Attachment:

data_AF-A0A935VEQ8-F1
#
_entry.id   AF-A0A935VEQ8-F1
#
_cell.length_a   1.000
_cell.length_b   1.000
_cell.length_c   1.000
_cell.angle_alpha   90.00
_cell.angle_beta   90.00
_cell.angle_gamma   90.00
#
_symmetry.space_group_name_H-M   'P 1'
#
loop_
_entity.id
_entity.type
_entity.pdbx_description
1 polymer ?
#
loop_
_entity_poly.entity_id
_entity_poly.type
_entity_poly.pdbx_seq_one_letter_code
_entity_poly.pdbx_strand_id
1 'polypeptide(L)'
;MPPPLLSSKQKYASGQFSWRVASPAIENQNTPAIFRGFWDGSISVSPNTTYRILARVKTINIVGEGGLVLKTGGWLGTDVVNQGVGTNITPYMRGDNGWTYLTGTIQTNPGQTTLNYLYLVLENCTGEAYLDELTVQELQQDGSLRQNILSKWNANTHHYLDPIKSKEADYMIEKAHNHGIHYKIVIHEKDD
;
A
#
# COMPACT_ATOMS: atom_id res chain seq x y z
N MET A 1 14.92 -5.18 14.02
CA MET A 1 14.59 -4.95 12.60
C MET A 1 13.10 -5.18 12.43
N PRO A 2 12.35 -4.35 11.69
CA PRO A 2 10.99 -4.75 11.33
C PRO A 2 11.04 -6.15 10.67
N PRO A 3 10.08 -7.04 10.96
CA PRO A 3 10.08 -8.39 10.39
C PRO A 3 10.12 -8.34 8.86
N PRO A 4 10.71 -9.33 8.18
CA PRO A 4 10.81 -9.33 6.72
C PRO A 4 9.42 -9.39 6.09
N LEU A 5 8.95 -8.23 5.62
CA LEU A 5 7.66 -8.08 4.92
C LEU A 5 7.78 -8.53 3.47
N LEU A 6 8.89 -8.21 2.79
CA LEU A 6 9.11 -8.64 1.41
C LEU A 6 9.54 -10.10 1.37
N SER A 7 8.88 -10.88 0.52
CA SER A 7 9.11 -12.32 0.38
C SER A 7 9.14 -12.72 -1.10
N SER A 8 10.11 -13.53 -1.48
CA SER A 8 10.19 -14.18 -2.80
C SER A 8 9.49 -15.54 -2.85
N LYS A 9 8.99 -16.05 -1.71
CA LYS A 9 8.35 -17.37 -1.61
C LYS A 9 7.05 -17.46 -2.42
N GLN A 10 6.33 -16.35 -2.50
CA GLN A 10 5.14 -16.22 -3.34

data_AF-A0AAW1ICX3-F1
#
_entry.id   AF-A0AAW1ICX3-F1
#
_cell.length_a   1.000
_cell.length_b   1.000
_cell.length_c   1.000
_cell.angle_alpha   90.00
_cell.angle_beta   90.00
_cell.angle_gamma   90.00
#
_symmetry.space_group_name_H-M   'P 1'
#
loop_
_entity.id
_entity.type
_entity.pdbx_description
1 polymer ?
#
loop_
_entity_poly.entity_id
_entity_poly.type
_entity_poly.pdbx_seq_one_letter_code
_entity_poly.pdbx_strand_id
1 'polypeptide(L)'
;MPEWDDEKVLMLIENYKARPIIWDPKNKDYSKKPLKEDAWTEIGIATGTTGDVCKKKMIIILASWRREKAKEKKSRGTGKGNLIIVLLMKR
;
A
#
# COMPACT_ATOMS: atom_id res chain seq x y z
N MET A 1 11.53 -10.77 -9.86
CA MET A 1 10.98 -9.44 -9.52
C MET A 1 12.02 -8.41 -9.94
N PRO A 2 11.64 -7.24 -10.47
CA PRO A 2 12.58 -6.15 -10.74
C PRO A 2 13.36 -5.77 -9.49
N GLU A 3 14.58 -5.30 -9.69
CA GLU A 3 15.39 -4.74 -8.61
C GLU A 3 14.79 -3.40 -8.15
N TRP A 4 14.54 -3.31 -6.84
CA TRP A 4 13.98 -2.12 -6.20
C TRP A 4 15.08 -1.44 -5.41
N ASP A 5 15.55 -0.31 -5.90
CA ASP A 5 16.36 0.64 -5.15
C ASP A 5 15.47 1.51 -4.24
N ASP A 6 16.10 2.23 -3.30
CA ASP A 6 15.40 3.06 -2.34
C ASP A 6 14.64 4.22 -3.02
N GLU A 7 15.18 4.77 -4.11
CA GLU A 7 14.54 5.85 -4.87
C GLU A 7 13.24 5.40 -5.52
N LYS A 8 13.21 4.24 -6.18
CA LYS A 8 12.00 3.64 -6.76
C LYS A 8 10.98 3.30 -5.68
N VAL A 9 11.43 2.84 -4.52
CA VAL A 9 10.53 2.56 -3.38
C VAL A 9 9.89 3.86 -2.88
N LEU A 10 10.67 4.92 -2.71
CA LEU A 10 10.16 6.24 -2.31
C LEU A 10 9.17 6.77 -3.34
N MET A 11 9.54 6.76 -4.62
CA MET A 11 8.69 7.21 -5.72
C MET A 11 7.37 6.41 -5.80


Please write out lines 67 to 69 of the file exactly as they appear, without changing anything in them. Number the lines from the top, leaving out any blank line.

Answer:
_cell.angle_alpha   90.00
_cell.angle_beta   90.00
_cell.angle_gamma   90.00